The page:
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4 Dangers of Fasting for Weight Loss

Nov 18, 2010

In your endeavor to lose weight fast, you may consider the option of fasting. However, you should be aware that most medical experts and dietitians warn against the practice of fasting for weight loss. It has been proven that prolonged fasting is not an effective way to lose weight, and it can also be detrimental to your health.

Fasting is a natural process that occurs when you do not consume any food for 3 to 5 hours and during sleep. Natural fasting is an essential process, and it is not detrimental to your body. Prolonged fasting refers to the abstinence from food for 16 to 24 hours each day, and it is continuously practiced over a certain number of days or weeks. The level of abstinence varies from one individual to another. While some people only abstain from solid foods, allowing fruit juices and water, others insist that they should not eat or drink anything for several days in a row. Here's a look at some of the dangers of fasting for weight loss:

1. Fasting for Weight Loss Increases Stress

When you are fasting, your body will go into a self-preservation mode to counter starvation. It will begin to slow down your metabolism and increase the production of cortisol. Cortisol is a stress hormone that is produced by the adrenal glands. When you are suffering from illness or stress, there will be a larger than usual amount of cortisol in your body. A high amount of cortisol can make you feel physically, mentally or emotionally stressed.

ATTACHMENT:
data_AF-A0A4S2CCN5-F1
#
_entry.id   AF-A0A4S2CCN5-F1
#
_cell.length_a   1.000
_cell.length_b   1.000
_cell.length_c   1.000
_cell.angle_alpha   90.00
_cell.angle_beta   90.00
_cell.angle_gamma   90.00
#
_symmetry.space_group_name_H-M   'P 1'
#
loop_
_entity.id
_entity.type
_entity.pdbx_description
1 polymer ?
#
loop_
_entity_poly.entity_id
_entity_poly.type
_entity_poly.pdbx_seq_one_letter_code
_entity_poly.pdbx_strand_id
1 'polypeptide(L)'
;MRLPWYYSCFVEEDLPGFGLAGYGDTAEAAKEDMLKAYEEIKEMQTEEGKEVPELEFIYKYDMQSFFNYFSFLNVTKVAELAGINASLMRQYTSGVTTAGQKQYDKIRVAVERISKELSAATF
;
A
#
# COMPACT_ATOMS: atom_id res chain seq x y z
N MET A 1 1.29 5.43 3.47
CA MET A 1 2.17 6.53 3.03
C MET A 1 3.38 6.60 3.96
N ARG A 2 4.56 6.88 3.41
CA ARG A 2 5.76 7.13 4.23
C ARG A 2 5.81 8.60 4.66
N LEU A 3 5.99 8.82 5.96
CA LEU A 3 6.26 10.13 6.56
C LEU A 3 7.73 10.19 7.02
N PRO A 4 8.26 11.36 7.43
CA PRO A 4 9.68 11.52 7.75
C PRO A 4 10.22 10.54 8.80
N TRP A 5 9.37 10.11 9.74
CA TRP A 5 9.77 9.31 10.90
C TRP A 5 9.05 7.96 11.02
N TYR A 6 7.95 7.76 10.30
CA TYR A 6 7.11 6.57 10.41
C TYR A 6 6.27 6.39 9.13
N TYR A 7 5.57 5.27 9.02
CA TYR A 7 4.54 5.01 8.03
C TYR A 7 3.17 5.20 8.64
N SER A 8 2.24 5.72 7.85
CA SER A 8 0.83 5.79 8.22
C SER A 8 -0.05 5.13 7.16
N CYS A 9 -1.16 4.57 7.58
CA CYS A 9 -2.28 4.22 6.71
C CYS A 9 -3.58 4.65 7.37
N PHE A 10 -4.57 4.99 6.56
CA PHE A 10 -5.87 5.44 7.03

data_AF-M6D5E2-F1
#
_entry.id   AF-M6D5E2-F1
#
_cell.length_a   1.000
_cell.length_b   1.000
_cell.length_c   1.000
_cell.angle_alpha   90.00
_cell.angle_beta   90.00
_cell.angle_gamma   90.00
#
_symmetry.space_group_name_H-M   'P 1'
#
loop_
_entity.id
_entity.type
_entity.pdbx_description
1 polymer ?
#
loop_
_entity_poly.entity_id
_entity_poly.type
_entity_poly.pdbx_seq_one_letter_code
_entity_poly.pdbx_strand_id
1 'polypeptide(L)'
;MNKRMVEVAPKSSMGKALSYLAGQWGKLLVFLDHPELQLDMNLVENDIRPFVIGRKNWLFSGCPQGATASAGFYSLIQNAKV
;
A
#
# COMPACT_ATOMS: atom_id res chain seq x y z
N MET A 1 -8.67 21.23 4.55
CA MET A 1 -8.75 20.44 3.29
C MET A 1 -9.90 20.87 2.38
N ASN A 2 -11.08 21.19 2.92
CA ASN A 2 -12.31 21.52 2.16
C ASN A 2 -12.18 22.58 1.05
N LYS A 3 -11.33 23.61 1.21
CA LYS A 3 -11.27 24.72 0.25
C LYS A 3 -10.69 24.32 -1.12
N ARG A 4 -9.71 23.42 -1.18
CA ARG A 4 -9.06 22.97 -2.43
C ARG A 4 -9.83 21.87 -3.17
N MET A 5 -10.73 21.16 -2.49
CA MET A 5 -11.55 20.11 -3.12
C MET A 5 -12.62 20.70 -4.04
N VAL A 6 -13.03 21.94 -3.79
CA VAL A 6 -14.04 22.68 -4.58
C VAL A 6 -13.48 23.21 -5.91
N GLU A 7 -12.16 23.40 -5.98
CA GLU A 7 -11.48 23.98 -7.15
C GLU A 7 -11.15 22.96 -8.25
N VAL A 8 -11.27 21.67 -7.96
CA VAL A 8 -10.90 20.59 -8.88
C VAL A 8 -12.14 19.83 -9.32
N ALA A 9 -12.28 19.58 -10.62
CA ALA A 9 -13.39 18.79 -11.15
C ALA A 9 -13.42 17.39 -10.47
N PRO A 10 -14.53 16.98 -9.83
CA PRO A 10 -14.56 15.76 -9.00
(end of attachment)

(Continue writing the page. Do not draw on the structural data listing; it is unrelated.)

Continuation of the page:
2. Fasting Damages Your Muscles

When you are not taking enough food, the cortisol in your body will try to release certain amino acids from your muscles and convert them to sugar. The sugar will then be fed to the brain, kidneys and red blood cells. The brain can use fats or sugar as fuel, but it usually prefers sugar, and red blood cells need sugar to survive. By releasing amino acids, cortisol is actually breaking down your muscle tissues. Losing muscles can slow down weight loss, because you need muscles to burn excess fat in your body.

3. Fasting Leads to Increased Hunger

If you do not consume food for a prolonged period of time, your body will produce fewer thyroid hormones. The loss of thyroid hormones and muscle tissue breakdown will slow down your body's overall metabolism significantly. This consequence becomes evident when you stop fasting and resume normal eating habits. When you begin to fast, your appetite hormones will be suppressed, but they will go into full gear when normal eating resumes, resulting in increased hunger. With slower metabolism and increased appetite, you will begin to gain weight fast.

4. Fasting Causes Health Problems

Prolonged fasting can deplete the supply of essential nutrients in your body, such as carbohydrates, proteins, vitamins, fatty acids, minerals and electrolytes. This can lead to the development of various health problems, including fatigue, headache, dehydration, dizziness, constipation, hypoglycemia, anemia, muscle weakness, gallstones and mental confusion. If you are suffering from some kind of health problem, it is advisable that you do not fast, because you will become more susceptible to the detrimental effects of fasting.

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